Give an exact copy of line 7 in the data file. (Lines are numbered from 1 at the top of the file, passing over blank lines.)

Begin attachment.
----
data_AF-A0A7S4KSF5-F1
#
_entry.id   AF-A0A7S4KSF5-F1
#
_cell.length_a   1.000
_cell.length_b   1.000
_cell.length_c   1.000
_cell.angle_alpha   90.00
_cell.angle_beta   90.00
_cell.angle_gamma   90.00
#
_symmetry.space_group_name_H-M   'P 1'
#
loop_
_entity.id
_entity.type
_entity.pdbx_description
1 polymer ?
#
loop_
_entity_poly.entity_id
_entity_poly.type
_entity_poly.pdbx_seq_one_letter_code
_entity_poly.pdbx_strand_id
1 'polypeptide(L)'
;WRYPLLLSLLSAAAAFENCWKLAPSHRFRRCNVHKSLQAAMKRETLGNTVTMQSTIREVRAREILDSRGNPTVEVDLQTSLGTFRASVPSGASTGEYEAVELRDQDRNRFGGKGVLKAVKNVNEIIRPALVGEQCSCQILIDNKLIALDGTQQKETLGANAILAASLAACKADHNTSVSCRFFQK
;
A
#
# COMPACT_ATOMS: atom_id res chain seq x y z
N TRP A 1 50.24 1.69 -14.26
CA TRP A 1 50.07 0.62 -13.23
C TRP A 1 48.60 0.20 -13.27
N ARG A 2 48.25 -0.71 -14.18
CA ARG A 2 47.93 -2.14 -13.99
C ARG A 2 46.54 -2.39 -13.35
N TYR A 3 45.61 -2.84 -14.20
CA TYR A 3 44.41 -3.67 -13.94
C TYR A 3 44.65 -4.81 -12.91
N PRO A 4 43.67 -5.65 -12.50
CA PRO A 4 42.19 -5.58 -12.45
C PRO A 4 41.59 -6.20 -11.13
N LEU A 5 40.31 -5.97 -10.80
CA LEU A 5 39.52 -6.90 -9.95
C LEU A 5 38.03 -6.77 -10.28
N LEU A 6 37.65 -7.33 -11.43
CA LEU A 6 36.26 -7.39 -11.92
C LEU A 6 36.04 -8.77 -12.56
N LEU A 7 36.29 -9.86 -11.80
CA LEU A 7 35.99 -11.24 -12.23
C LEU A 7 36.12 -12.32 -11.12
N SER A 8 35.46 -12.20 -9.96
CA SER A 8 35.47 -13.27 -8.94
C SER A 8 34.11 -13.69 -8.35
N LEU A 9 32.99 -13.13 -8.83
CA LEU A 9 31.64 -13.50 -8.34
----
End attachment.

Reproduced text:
_cell.length_c   1.000